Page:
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Reading Recommendation: The Book Cover Archive

The Book Cover Archive

So, I am a trained designer. I’d like to think I’m pretty good at it. While most of my focus has shifted away from traditional print design (I work mainly in software these days) I still love what I started doing. Today’s recommendation is born out of my love for design and my desire to be a published author.

‘Reading’ might be a bit of a stretch in this recommendation, but there’s nothing better than checking out some really smartly designed book covers. Luckily for us there’s The Book Cover Archive a collection of book cover designs and designers. I absolutely love the Science Fiction section. Some amazing work that really goes beyond the crap normally seen in speculative fiction cover design. Sharp and thought provoking design work that is well curated.

Well worth a browse.

NaNoWriMo is here

Today is the beginning of National Novel Writing Month or as it’s known by it’s street name “NaNoWriMo” one of my favorite days for the writing world. It’s an awesome event, and I encourage every writer to try to get  on board at least once. I have participated twice (succeeded only once) but I learned a lot.

My brief tips for success:

  • Write Every Day

Seriously. Don’t make deals with yourself. Write. Every. Day. There’s only 30 days and it’s amazing how fast they’ll sprint past you. Buckle down, set aside some time and just write. 1700 words is a lot of words and you’ll need to average that every day to finish. If you tell yourself you can wait or hold off and write extra hard the next day it’ll just become a slippery slope. Sit down. Write.

  • Research, Plan & Take Notes

Bulk loading a lot of your research upfront is a good way for you to get past the Wikipedia articles and into the prose of your manuscript. If you haven’t researched don’t fret, just don’t sweat the small stuff. You have words to put down. Write what is in your head and make a note of it, then you can go back when it’s all over and massage it into place.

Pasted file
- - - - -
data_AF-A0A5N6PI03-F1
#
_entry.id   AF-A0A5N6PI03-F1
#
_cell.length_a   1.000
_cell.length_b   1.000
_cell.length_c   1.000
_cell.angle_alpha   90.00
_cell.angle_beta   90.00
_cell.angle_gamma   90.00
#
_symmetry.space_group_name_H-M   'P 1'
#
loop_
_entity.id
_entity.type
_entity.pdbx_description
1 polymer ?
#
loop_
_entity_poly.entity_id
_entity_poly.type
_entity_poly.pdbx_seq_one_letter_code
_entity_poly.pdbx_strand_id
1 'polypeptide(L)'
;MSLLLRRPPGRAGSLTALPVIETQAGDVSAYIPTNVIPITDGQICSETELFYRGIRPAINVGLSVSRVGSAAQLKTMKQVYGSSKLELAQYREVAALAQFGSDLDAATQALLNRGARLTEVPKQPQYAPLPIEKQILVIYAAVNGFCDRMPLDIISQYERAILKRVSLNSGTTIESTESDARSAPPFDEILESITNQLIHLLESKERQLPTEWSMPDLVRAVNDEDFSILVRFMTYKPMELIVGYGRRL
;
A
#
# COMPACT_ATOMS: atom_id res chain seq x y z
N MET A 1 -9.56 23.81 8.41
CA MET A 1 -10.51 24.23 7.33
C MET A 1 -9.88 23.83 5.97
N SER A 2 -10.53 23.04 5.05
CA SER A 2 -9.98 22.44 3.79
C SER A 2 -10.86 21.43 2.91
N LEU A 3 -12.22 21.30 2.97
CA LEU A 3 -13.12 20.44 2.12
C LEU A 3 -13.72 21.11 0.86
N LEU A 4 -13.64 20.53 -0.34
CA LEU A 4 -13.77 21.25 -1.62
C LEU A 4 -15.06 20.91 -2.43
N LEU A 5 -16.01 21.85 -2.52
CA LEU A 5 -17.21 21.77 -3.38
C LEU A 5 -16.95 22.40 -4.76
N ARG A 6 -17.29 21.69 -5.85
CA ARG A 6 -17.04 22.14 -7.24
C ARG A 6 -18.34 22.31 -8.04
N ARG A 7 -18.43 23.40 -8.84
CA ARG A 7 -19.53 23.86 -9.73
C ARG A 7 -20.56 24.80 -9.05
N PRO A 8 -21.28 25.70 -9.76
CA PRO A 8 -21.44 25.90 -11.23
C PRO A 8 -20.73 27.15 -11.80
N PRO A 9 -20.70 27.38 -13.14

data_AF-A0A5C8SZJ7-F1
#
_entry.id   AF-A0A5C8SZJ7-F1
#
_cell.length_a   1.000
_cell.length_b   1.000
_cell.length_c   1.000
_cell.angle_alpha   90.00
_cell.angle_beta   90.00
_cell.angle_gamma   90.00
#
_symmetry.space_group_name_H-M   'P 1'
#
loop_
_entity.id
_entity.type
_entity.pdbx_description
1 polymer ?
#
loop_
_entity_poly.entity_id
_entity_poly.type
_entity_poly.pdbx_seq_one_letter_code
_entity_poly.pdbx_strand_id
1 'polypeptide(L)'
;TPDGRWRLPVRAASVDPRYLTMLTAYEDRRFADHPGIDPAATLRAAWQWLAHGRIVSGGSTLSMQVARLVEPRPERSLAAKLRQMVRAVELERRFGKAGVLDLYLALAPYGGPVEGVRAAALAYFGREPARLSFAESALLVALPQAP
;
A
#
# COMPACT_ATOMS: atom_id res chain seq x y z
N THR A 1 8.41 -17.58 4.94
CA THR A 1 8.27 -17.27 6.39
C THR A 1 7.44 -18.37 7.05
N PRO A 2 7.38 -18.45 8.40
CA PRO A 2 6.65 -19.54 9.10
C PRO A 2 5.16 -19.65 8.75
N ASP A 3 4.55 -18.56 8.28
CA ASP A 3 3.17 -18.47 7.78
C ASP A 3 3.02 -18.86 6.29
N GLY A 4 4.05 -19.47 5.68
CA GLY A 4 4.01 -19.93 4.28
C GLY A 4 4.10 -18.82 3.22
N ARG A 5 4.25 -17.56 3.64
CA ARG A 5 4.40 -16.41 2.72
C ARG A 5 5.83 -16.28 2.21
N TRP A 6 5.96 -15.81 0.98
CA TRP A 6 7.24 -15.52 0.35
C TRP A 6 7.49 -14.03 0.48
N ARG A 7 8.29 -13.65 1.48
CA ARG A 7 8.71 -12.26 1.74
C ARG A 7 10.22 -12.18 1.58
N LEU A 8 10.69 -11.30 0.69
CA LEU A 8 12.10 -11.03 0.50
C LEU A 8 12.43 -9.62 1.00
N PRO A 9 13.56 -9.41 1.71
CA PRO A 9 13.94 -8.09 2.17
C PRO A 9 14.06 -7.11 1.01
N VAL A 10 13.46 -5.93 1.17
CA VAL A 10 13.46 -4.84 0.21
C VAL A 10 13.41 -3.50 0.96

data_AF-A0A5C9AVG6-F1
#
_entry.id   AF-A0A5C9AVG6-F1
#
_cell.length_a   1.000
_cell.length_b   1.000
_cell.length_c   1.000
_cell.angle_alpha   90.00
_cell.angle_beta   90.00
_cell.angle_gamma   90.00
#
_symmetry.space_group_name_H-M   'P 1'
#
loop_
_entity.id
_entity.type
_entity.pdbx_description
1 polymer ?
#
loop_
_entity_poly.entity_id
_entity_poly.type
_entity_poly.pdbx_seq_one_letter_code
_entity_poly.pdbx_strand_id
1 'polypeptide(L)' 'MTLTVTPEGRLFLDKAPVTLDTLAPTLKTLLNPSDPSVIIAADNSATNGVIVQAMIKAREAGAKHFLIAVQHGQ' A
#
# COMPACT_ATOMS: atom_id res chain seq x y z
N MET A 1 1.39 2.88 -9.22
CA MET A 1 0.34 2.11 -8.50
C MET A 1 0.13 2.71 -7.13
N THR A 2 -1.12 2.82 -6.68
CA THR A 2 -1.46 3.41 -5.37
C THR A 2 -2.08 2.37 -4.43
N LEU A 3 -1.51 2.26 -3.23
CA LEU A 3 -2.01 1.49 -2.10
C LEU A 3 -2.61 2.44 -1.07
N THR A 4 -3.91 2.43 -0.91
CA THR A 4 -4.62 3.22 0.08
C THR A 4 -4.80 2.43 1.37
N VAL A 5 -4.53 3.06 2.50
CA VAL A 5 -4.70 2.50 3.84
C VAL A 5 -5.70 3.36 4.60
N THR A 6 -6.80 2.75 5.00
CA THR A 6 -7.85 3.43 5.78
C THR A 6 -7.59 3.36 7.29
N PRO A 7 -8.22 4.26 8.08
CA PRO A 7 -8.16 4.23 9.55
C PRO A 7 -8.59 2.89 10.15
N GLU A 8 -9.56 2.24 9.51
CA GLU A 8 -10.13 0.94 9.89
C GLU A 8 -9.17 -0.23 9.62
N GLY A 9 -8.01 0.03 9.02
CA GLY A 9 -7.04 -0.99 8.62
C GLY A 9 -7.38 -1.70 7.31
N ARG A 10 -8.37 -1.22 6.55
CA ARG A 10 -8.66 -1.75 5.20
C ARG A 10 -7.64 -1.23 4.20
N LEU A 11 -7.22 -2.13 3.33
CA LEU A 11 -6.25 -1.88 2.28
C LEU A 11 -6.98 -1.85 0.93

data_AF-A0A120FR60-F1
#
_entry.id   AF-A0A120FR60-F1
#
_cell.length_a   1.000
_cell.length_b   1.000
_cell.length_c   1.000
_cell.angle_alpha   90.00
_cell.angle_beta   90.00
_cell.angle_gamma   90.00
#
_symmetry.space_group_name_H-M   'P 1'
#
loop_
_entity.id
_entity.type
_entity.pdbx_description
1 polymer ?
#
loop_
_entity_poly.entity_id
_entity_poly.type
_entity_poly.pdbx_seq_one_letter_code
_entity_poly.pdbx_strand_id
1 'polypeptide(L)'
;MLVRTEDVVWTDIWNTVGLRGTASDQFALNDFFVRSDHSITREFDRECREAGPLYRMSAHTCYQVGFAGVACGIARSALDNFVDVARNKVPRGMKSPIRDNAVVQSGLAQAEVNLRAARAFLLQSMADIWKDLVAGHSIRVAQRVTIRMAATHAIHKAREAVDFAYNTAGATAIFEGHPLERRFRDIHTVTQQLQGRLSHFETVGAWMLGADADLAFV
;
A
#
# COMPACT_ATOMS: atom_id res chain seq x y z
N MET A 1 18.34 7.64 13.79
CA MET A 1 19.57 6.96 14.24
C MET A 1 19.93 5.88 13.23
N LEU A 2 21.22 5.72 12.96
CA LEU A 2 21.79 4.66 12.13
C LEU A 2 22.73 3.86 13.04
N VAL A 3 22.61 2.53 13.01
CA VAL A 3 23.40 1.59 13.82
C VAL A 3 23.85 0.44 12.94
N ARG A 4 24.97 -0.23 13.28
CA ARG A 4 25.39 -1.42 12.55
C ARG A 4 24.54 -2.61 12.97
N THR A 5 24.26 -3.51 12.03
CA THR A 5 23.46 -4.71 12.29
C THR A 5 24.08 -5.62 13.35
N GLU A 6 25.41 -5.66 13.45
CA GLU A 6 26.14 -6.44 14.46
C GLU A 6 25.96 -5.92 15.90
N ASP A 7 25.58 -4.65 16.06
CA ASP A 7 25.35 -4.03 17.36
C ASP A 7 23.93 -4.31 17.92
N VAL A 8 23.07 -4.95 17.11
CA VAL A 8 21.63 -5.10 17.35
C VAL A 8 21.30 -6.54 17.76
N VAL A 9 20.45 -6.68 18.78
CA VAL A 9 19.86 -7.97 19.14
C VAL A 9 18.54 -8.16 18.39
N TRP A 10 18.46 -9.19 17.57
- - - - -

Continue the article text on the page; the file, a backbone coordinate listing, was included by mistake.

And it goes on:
• Get Involved

It can be tough to go it alone. So get involved with the community. Find a NaNoWriMo partner, join a group of writers, meet weekly with some friends and get involved on the NaNoWriMo forums, tweet about it, keep a blog. Keep yourself accountable to someone, anyone. Why? Accountability. When your 25k words in, exhausted and twitchy from too much coffee, and things look bleak… you’ll have someone to encourage you to keep going.

  • Have Fun

This is a given but is still important. Don’t kill yourself over your manuscript. In a lot of ways NaNoWriMo is a perfect way to see how you – as a writer – writes. Maybe 50k words a month IS too much. Maybe 1700 words a day IS impossible. (That’s totally okay.) The important thing is that you’re writing and you’re having fun doing it.

Good luck to all the NaNoWriMo participants, and as I said on twitter, I look forward to someday reading your books!


Busy weekend.

Spent most of today editing The Stars Were Right – editing is a strong word, really it’s more of a sanity check. (Though I have corrected typos jotted i’s and crossed t’s where it needed to happen.) Did some slight readjusting of some terms and names I changed halfway through that I had forgotten about.

Things are going very fast, though I give credit to my overplanning more than my skills. It’s a lot of work, but man has it helped this second pass through the manuscript. Plus, it’s increased my word count by 3k. Amazing how little simple adjustment can add so much.

Oh, and I got some very positive feedback from a beta reader. Can’t beat that.